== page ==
Hearing Conservation 29 CFR 1910.95

General Background:

    Approximately 16 million workers are exposed to excessive on-the-job noise levels on an annual basis. In addition to causing hearing loss by destroying the inner ear, noise can put stress on other parts of the body causing fatigue and unnecessary psychological stress. This preventable added burden to the body can result in increased injury rates. This poses a serious problem for exposed workers and their employer. The OSHA Occupational Noise Exposure Standard establishes uniform requirements to make sure that the noise hazards associated with all U.S. workplaces are evaluated, and that the hazards associated with high noise are transmitted to all affected workers so that mitigation measures can be instituted.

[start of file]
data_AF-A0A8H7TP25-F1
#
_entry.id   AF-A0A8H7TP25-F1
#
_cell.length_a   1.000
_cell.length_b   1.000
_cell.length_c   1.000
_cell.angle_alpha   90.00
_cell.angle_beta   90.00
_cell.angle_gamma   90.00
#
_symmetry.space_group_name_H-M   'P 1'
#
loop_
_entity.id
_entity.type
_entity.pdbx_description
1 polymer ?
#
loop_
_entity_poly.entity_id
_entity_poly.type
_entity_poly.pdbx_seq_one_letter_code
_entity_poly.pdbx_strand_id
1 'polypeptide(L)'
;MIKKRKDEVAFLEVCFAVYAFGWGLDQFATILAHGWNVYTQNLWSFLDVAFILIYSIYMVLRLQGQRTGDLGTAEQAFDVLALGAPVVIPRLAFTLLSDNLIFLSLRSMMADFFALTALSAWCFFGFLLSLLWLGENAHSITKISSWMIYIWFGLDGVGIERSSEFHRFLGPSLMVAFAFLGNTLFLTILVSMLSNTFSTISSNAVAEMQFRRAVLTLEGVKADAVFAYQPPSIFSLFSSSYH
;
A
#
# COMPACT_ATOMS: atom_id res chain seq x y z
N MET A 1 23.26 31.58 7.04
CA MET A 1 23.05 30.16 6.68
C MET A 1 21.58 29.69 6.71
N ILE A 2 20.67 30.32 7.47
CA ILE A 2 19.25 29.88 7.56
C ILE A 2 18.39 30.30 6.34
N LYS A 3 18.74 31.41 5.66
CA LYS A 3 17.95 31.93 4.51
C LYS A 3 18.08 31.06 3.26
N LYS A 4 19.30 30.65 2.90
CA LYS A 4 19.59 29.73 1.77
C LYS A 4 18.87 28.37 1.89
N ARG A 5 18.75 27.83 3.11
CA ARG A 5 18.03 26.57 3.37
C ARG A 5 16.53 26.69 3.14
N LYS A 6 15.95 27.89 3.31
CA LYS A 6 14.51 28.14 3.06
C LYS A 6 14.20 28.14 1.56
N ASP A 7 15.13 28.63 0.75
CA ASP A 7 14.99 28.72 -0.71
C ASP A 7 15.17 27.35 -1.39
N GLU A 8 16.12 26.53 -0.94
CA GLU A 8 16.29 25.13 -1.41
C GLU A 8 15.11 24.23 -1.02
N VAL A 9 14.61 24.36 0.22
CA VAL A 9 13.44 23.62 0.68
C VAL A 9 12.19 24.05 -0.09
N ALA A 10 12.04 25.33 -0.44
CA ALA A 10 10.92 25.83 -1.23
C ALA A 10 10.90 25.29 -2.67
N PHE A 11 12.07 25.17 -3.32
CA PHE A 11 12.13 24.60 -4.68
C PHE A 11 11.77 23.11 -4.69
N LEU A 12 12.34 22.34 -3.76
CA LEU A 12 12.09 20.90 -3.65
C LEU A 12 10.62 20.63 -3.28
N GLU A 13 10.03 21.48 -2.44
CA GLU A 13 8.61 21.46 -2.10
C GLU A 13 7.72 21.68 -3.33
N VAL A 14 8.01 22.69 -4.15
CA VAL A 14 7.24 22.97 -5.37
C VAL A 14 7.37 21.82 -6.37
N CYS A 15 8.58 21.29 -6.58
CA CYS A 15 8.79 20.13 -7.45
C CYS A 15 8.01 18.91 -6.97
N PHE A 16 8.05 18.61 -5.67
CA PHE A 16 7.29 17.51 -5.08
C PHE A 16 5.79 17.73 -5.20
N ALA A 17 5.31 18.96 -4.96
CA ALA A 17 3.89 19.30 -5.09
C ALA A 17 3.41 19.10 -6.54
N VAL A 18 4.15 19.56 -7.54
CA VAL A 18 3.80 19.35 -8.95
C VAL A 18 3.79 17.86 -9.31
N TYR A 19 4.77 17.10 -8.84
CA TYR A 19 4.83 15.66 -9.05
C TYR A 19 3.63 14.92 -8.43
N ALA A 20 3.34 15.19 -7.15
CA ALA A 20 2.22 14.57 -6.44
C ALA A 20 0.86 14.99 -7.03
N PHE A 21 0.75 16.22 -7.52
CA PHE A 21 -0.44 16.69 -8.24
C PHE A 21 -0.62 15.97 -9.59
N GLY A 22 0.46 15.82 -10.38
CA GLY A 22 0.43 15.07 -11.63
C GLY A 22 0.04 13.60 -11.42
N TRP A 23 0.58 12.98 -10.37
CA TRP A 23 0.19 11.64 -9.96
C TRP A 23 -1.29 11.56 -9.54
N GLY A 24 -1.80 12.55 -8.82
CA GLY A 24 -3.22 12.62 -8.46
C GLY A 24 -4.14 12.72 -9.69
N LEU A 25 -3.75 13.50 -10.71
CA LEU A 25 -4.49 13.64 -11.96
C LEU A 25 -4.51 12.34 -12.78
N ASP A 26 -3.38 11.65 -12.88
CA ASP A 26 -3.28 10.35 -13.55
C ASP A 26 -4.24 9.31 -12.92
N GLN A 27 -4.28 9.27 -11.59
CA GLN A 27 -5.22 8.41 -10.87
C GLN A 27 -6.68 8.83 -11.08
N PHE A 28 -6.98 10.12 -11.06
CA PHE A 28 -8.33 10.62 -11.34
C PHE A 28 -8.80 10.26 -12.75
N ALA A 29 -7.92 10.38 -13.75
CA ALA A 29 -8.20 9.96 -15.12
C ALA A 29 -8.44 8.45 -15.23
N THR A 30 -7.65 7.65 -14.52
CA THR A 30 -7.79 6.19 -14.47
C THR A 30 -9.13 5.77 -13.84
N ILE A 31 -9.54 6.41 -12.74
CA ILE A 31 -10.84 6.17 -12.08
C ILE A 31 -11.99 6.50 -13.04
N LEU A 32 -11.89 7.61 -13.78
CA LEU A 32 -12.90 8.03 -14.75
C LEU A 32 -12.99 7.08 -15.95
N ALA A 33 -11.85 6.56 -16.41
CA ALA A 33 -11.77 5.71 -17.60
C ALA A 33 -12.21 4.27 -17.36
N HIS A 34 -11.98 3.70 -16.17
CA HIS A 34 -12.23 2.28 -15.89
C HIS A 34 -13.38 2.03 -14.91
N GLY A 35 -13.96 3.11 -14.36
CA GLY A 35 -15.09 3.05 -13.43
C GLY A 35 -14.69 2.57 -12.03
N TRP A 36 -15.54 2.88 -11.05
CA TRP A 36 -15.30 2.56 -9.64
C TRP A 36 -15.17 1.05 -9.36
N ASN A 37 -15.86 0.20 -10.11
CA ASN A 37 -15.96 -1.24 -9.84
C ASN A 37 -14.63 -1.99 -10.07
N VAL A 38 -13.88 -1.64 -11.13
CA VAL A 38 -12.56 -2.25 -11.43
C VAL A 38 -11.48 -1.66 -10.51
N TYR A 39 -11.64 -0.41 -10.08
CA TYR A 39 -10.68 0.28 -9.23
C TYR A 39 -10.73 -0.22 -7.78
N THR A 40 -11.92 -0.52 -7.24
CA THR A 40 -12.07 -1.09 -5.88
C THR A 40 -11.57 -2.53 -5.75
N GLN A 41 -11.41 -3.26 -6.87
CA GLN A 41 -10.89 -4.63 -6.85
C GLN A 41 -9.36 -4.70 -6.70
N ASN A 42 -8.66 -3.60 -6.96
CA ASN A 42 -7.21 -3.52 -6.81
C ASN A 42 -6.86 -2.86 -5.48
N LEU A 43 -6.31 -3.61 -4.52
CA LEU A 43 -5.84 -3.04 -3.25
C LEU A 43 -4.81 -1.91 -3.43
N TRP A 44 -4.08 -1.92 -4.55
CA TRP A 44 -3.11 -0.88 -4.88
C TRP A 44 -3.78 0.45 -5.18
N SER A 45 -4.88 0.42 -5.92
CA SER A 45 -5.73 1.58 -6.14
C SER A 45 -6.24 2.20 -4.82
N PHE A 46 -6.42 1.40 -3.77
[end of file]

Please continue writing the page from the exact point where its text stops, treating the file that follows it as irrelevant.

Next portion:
The following course outline is designed to make employees aware of the hazards associated with noise hazards.
  1. Hearing Program
    1. Why people receive training about hearing conservation
    2. The threshold for safe occupational noise exposure
    3. Basic components for all hearing conservation
  2. Hearing and Noise
    1. The major adverse health effects caused by noise
    2. How the ear receives and processes
    3. Common Sources:
      1. Industrial Machinery
      2. Woodworking machinery
      3. Construction Equipment
      4. Aircraft
  3. Monitoring / Testing
    1. Purpose of noise monitoring
    2. Purpose of audiogram
  4. Protection
    1. How employers can protect employees from overexposure to noise
    2. Precautions to take to reduce risk of exposure
    3. Procedures for exposure incident response, clean-up, and post-exposure evaluations
NOTE: CSEM, Inc. may be contacted in the future to schedule a workplace evaluation and program review in an effort to help maintain compliance with this regulation. This segment of the OSHA requirement can be easily documented by the employer and is not included in this proposal but will be mentioned in training.

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